By Aaron Humes: The Public Service Union of Belize (PSU) has suggested in a press statement that more of the abuses enumerated by Minister of Infrastructure Development and Housing, Julius Espat, this week could have been prevented if the then-Government and then-Opposition had acted on public officers’ reports from as far back as 2010.
It is unfair now, the union writes, for the new administration to chastise public officers for allegedly not speaking out when in fact their efforts went unheeded.
Nonetheless, it agrees with the Minister that, in his words, there is an “acceptance of the public service of a culture of corruption which has taken root within our system, and which must be uprooted and discarded.”
The PSU suggests introducing a Whistle Blowers Act as part of political reform in its first 100 days of government, acting in accordance with Article 33 (Protection of Reporting Persons) of the United Nations Convention Against Corruption (UNCAC), and calls on the now-Opposition to join their support as well.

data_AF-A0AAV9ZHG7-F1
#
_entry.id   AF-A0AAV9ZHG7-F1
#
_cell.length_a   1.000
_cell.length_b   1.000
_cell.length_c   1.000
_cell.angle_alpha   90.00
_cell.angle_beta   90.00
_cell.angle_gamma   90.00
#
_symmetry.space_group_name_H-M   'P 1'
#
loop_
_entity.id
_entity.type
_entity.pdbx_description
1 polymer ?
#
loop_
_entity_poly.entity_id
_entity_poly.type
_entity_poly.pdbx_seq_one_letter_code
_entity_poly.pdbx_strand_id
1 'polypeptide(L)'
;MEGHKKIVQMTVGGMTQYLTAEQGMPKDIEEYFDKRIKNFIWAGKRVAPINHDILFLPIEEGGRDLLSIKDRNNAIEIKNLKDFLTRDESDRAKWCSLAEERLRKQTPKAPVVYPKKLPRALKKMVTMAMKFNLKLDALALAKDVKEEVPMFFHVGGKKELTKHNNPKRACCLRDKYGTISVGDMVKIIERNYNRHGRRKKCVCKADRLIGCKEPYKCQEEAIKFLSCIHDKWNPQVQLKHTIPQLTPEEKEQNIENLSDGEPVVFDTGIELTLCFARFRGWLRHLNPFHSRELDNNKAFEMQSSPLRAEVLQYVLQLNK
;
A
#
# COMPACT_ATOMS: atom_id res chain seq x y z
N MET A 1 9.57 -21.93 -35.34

It also gives kudos to those employees in the Ministry of Infrastructure Development and Housing who have given written declarations against the corrupt acts perpetrated under the previous Minister and CEO in the Ministry of Works and hopes for the successful prosecution against those who have violated the people’s trust and who abused and plundered the people’s assets and resources.
The PSU concludes, “Combatting corruption is everyone’s business and so the PSU calls on all Public Officers within every other Government Ministry and Department to cooperate with the Government, the Office of the Auditor General, and other relevant authorities in disclosing and highlighting areas and acts of corruption.”
The Union and others are already cooperating with a Government investigation of the sale of vehicles and other assets during the last days of the Barrow administration.